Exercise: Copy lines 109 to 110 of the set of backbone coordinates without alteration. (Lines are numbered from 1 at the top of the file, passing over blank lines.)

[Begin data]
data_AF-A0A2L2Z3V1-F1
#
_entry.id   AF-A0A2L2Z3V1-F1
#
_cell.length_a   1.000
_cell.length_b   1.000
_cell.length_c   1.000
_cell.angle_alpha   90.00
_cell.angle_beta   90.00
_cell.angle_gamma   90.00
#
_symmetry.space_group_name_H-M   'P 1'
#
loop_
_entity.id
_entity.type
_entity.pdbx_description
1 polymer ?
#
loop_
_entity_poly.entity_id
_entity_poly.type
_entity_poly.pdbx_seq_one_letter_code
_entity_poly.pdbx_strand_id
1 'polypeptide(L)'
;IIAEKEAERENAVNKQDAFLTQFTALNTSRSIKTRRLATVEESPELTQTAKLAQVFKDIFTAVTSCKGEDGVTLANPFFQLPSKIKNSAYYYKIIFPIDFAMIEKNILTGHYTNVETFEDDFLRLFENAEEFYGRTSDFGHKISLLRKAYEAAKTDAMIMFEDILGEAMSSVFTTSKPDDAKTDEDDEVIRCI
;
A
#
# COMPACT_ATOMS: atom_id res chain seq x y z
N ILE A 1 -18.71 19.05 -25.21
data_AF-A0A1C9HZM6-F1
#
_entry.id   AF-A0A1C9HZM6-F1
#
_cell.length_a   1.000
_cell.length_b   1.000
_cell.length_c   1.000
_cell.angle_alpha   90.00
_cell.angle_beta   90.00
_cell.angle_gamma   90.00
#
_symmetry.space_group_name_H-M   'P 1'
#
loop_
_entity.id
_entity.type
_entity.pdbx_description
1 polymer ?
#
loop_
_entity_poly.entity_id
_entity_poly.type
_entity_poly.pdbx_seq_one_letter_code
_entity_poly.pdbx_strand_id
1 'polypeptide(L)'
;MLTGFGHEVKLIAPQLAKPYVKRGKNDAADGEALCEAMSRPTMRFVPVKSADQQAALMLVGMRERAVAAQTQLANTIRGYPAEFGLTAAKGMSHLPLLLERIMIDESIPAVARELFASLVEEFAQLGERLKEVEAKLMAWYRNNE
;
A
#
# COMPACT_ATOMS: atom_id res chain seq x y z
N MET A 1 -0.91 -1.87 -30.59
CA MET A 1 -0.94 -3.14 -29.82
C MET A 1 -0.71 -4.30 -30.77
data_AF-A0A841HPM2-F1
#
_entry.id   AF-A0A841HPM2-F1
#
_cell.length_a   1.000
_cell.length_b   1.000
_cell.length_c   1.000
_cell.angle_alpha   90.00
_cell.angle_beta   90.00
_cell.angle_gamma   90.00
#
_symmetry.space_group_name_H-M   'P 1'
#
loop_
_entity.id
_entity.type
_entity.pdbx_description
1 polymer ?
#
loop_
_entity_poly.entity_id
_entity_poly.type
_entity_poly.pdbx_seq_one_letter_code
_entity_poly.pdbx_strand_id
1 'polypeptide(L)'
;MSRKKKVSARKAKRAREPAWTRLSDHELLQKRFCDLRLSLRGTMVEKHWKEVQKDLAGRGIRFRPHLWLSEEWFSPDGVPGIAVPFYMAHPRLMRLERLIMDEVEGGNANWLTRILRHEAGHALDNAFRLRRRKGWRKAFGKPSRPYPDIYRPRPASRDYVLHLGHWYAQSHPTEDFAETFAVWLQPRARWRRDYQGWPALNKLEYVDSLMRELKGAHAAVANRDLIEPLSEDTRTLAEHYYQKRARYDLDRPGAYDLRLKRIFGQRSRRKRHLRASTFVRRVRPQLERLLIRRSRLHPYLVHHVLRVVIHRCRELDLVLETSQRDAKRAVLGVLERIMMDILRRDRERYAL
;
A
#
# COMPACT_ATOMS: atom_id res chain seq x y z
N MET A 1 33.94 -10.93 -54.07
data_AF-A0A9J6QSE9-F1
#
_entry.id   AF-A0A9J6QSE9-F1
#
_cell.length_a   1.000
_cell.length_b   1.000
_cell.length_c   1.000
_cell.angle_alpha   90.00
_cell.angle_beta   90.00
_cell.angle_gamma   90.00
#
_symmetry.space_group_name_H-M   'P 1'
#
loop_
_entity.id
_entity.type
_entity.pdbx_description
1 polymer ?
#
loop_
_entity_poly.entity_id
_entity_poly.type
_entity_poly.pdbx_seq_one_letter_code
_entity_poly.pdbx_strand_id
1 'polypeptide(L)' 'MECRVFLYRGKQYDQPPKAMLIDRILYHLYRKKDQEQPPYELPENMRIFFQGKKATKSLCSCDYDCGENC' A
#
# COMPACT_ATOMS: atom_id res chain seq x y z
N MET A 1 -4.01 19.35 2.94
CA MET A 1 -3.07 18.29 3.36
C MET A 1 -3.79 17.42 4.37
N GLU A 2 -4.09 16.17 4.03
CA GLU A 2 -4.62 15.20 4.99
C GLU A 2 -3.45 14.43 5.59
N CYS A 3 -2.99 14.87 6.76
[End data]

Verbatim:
loop_
_entity.id